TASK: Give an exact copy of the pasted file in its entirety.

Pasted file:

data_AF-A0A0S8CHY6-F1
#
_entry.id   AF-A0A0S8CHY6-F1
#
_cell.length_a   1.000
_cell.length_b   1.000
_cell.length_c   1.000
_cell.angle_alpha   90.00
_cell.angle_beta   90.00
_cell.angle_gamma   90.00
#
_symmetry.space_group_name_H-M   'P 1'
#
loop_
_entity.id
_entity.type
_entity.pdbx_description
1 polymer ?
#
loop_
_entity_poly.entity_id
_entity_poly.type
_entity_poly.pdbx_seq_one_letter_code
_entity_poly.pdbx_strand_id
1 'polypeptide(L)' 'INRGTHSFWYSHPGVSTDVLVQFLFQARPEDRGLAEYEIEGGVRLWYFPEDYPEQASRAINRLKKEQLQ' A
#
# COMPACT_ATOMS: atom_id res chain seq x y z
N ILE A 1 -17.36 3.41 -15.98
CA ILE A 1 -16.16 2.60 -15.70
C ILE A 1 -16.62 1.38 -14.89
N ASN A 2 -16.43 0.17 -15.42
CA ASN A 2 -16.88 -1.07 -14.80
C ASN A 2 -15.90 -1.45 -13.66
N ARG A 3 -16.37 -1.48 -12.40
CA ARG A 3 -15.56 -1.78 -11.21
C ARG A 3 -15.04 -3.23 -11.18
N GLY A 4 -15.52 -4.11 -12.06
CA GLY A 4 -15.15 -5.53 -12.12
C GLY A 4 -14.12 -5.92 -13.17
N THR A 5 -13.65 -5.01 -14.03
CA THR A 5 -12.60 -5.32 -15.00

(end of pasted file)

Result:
data_AF-A0A0S8CHY6-F1
#
_entry.id   AF-A0A0S8CHY6-F1
#
_cell.length_a   1.000
_cell.length_b   1.000
_cell.length_c   1.000
_cell.angle_alpha   90.00
_cell.angle_beta   90.00
_cell.angle_gamma   90.00
#
_symmetry.space_group_name_H-M   'P 1'
#
loop_
_entity.id
_entity.type
_entity.pdbx_description
1 polymer ?
#
loop_
_entity_poly.entity_id
_entity_poly.type
_entity_poly.pdbx_seq_one_letter_code
_entity_poly.pdbx_strand_id
1 'polypeptide(L)' 'INRGTHSFWYSHPGVSTDVLVQFLFQARPEDRGLAEYEIEGGVRLWYFPEDYPEQASRAINRLKKEQLQ' A
#
# COMPACT_ATOMS: atom_id res chain seq x y z
N ILE A 1 -17.36 3.41 -15.98
CA ILE A 1 -16.16 2.60 -15.70
C ILE A 1 -16.62 1.38 -14.89
N ASN A 2 -16.43 0.17 -15.42
CA ASN A 2 -16.88 -1.07 -14.80
C ASN A 2 -15.90 -1.45 -13.66
N ARG A 3 -16.37 -1.48 -12.40
CA ARG A 3 -15.56 -1.78 -11.21
C ARG A 3 -15.04 -3.23 -11.18
N GLY A 4 -15.52 -4.11 -12.06
CA GLY A 4 -15.15 -5.53 -12.12
C GLY A 4 -14.12 -5.92 -13.17
N THR A 5 -13.65 -5.01 -14.03
CA THR A 5 -12.60 -5.32 -15.00